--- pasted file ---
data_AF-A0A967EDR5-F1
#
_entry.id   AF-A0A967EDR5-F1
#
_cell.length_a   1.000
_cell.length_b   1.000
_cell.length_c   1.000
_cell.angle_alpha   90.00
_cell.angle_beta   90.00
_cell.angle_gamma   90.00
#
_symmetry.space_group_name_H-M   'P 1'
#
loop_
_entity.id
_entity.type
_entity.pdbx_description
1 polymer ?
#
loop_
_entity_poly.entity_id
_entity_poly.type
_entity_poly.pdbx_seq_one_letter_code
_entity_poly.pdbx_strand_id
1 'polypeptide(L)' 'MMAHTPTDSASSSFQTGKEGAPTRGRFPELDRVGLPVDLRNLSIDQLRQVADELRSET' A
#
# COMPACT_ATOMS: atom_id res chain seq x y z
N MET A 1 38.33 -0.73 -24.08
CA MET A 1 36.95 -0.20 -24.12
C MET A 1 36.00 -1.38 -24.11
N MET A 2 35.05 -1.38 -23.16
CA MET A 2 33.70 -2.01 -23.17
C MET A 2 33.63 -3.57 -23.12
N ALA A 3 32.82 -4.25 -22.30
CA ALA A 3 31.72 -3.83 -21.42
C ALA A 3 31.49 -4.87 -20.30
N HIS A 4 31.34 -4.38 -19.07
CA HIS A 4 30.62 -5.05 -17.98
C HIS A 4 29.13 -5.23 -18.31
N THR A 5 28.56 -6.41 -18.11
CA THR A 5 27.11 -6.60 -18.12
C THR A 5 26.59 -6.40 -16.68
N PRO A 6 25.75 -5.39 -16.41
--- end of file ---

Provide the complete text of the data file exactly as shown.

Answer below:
data_AF-A0A967EDR5-F1
#
_entry.id   AF-A0A967EDR5-F1
#
_cell.length_a   1.000
_cell.length_b   1.000
_cell.length_c   1.000
_cell.angle_alpha   90.00
_cell.angle_beta   90.00
_cell.angle_gamma   90.00
#
_symmetry.space_group_name_H-M   'P 1'
#
loop_
_entity.id
_entity.type
_entity.pdbx_description
1 polymer ?
#
loop_
_entity_poly.entity_id
_entity_poly.type
_entity_poly.pdbx_seq_one_letter_code
_entity_poly.pdbx_strand_id
1 'polypeptide(L)' 'MMAHTPTDSASSSFQTGKEGAPTRGRFPELDRVGLPVDLRNLSIDQLRQVADELRSET' A
#
# COMPACT_ATOMS: atom_id res chain seq x y z
N MET A 1 38.33 -0.73 -24.08
CA MET A 1 36.95 -0.20 -24.12
C MET A 1 36.00 -1.38 -24.11
N MET A 2 35.05 -1.38 -23.16
CA MET A 2 33.70 -2.01 -23.17
C MET A 2 33.63 -3.57 -23.12
N ALA A 3 32.82 -4.25 -22.30
CA ALA A 3 31.72 -3.83 -21.42
C ALA A 3 31.49 -4.87 -20.30
N HIS A 4 31.34 -4.38 -19.07
CA HIS A 4 30.62 -5.05 -17.98
C HIS A 4 29.13 -5.23 -18.31
N THR A 5 28.56 -6.41 -18.11
CA THR A 5 27.11 -6.60 -18.12
C THR A 5 26.59 -6.40 -16.68
N PRO A 6 25.75 -5.39 -16.41